And on that note, that’s a pretty big number, but what does it actually mean? Well you will just have to wait until next week’s post on “Analytics and metrics, it’s all in the interpretation” which addresses that very question.

 

Facebook segmentation and engagement

This week’s blog article is based upon the Hodis et al. (2015) article “Interact with me on my terms: a four segment Facebook engagement framework for marketers”.

The paper covers off some great research about why segmentation is so important for Facebook engagement and identifies four clear segments for consideration.

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Facebook segmentation matrix (Hodis et al. 2015)
  • Attention seekers – users looking for admiration and appreciation (low levels of consumption and high levels of creation)
  • Entertainment chasers -people trying to escape boredom (consuming small bursts of entertaining content)
  • Devotees – addicted to Facebook users (high level of consumption and creation)
  • Connection seekers – Connecting with friends / family is their primary reason for using Facebook (High level of consumption  and low level of creation)

The essence of the article is around breaking down the audience to specific audience types, tailoring the content accordingly and then to consider using paid advertising to support your Social Media activity on Facebook. This  allows you to get much higher engagement than a fit-for-all-approach as the relevancy of the message increases and in-turn the organic reach increases (the amount of times the message is distributed).

But is this enough?

In fact, research from Sashittal et al. (2012) suggests paid targeted advertising can actually work against you to the point that really well targeted advertising on Facebook was often viewed by the audience as creepy, and the more targeted and specific the advert, the more uncomfortable the audience potentially viewed it.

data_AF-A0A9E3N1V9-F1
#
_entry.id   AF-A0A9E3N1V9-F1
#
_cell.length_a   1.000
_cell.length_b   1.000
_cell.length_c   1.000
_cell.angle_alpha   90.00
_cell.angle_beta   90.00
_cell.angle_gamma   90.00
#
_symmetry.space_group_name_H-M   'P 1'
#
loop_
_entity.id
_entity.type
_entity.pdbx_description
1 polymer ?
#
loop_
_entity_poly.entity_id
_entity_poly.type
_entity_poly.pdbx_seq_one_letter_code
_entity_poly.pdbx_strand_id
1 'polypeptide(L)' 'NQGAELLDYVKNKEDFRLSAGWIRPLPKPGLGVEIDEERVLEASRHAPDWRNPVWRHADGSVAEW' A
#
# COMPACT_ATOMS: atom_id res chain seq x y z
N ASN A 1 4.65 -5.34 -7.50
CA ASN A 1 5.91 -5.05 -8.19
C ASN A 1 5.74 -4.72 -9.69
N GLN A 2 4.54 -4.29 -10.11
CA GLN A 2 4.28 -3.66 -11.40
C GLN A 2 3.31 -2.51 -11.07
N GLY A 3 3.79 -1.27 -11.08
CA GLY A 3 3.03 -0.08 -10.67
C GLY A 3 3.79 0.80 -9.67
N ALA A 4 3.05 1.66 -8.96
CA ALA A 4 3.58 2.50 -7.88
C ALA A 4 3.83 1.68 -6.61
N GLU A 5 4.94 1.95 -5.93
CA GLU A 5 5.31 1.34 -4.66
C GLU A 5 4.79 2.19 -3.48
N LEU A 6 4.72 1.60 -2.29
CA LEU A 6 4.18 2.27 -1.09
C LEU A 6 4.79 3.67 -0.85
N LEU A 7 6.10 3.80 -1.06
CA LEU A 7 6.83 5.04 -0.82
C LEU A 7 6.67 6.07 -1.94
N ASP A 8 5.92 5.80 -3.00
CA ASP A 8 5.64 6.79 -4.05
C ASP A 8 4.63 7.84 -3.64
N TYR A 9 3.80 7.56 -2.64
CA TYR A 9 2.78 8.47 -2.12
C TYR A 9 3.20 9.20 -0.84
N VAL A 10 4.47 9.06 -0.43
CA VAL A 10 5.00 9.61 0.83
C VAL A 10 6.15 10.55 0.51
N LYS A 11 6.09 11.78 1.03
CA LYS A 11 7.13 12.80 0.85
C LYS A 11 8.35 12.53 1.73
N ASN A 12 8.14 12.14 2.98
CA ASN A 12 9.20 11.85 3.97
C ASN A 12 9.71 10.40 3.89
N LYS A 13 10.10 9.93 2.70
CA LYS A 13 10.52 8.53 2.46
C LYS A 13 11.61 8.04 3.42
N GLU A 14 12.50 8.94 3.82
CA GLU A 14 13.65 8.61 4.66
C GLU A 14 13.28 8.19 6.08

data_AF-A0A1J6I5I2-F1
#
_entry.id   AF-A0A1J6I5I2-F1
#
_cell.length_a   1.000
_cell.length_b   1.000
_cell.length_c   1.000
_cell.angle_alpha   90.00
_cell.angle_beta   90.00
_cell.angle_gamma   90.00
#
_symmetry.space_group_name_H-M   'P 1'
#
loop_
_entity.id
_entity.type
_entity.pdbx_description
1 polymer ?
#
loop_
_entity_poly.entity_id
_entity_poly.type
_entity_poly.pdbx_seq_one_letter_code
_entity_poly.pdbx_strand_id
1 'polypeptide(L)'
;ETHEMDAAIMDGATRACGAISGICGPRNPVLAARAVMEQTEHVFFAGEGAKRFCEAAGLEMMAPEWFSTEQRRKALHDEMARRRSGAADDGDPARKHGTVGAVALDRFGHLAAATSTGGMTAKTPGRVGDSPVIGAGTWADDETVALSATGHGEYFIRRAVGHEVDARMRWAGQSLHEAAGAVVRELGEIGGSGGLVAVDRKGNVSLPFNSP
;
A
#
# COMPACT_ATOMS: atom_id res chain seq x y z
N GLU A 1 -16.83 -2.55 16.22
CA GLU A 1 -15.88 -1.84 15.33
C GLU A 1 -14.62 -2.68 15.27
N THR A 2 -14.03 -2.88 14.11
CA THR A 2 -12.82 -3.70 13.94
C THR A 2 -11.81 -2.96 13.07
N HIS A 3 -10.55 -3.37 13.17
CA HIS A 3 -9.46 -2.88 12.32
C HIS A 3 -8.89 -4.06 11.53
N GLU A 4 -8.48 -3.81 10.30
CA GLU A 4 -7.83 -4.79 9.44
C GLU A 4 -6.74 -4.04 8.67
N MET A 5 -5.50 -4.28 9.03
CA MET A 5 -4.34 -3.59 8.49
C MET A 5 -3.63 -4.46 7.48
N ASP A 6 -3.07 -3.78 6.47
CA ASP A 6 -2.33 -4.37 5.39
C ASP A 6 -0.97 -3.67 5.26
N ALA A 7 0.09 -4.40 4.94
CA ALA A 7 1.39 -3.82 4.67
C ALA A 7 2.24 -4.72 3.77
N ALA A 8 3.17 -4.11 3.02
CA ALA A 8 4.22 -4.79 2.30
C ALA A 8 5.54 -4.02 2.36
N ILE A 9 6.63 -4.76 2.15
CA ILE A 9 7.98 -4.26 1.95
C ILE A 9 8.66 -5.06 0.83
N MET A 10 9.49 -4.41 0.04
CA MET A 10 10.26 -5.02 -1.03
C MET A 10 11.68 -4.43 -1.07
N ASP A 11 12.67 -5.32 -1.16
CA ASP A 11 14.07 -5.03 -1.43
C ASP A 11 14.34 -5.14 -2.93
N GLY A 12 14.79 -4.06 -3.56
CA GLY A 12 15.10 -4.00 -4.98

Segmentation as a way to increase engagement isn’t exactly breaking news, so is there more we can add to the mix if we really want to maximise engagement?

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Get your employees behind your Social Media activity

For example, empowering your business; such as your employees, volunteers and stakeholders (as well as your existing audience) to extend engagement through Social Media interaction rather than just using organic reach and Facebook paid advertising to achieve this. (If all of your staff liked and shared your posts, overall engagement would increase as a result as would the organic reach).

Here is a great article from Ryan Holmes at Fast Company on this topic which talks about the success Companies such as Starbucks, Zappos and Southwest Airlines in the US have had with their employee advocacy programs.

Either way, Social Media interaction is critical for driving engagement and maintaining an active brand presence, so getting it right and engaging with your audience becomes a high priority and by doing so, you have a real opportunity to influence your audience’s behaviour.

There are a couple of good blog articles from Deluca (2011) and Goad (2011) that note that a user’s shopping behaviour becomes increasingly influenced by their social media interactions and social media consumer to consumer communication can make a big difference in how your message is picked up by your audience.

This is supported by Li and Bernhoff in the book Groundswell, who note there has been a shift in how consumers now use technology to get from each other what they would traditionally get from corporations, and de Valck et al. (2009) extends this further noting that “word-of-mouse” is just as powerful in impacting consumer decision making as face to face influence.

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Source MSL Group on Employee advocacy

So, if engagement is the key to success; empowering the people in the business to get behind your Social Media activity, encouraging them to engage with your audience and to interact with them (and each other) would certainly be a strategy worth considering.